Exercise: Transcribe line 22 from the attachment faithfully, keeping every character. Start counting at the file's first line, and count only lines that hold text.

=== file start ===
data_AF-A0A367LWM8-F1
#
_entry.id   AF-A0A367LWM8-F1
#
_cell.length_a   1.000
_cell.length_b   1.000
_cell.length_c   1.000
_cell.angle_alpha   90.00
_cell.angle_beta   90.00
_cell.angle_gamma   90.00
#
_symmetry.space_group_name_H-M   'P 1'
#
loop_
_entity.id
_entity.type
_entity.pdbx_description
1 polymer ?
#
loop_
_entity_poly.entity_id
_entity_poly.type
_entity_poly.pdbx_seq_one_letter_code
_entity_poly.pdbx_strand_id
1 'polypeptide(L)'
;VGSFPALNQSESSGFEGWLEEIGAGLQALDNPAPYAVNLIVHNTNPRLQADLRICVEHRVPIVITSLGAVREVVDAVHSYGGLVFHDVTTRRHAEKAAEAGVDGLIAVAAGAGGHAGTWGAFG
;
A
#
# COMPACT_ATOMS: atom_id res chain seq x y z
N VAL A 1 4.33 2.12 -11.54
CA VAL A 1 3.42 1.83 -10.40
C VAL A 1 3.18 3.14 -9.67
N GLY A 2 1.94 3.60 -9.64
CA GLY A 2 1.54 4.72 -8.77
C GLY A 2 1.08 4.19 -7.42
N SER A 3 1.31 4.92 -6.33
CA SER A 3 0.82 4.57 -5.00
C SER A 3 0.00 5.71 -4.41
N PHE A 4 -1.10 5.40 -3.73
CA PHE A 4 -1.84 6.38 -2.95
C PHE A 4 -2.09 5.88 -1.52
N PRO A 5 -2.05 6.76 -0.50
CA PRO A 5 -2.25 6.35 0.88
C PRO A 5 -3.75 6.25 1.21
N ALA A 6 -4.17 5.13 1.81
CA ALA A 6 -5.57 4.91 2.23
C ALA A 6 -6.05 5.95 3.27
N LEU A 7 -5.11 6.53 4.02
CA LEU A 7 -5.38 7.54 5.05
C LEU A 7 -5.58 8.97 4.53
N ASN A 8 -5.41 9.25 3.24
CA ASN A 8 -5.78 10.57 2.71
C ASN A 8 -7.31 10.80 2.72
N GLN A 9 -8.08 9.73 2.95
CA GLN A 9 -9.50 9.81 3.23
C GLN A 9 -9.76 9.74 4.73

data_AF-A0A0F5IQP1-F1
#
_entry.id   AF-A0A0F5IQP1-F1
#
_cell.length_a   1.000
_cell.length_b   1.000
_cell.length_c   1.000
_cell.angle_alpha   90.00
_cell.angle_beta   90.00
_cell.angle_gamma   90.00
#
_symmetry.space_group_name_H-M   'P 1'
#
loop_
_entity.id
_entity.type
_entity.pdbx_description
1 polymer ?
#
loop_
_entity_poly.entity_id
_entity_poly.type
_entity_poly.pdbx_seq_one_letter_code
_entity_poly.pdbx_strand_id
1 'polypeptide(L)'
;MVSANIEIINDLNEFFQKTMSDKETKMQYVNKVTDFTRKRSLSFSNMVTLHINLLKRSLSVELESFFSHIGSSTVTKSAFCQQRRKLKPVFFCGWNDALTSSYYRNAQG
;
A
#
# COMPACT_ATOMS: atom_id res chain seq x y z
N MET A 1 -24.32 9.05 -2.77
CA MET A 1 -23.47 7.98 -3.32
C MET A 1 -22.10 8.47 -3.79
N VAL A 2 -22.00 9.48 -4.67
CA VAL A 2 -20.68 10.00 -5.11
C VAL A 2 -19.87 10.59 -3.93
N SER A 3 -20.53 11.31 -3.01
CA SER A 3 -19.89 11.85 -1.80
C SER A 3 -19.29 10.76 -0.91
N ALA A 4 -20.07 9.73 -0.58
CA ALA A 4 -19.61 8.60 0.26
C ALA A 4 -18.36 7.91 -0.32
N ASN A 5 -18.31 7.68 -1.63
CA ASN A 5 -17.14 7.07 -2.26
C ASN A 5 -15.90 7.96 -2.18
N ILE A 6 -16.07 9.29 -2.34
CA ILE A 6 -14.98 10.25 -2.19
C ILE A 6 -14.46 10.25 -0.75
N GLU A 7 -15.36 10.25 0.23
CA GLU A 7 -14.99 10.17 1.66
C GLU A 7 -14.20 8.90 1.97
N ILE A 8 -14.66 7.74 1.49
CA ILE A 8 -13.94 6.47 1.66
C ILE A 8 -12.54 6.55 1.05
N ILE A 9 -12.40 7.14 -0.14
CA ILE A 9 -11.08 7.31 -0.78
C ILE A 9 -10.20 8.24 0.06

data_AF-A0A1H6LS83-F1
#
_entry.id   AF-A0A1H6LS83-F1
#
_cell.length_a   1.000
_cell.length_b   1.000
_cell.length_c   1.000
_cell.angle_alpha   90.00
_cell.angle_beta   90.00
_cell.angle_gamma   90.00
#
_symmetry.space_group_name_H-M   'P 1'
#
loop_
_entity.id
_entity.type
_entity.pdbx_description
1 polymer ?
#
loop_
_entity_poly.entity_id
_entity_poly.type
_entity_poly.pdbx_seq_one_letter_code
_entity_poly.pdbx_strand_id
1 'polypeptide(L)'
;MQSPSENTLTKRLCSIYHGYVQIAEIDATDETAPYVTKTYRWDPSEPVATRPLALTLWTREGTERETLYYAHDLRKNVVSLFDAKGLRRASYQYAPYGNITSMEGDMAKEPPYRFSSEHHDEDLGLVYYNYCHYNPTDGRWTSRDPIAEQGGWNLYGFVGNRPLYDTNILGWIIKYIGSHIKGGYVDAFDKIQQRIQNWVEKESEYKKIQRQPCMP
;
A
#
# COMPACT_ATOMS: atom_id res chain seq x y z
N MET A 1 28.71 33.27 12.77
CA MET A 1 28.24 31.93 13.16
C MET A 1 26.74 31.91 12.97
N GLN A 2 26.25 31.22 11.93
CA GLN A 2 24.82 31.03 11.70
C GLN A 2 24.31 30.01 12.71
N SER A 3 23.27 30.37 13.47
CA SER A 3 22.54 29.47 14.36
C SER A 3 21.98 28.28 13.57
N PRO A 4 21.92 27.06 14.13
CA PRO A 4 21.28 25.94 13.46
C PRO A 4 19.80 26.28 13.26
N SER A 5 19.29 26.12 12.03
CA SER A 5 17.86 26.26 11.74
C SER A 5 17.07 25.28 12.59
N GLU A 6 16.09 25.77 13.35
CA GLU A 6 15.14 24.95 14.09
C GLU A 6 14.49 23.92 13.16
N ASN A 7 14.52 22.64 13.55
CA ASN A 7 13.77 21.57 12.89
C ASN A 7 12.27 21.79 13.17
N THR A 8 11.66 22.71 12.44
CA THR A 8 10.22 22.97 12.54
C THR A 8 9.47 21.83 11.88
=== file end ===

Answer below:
_entity_poly.type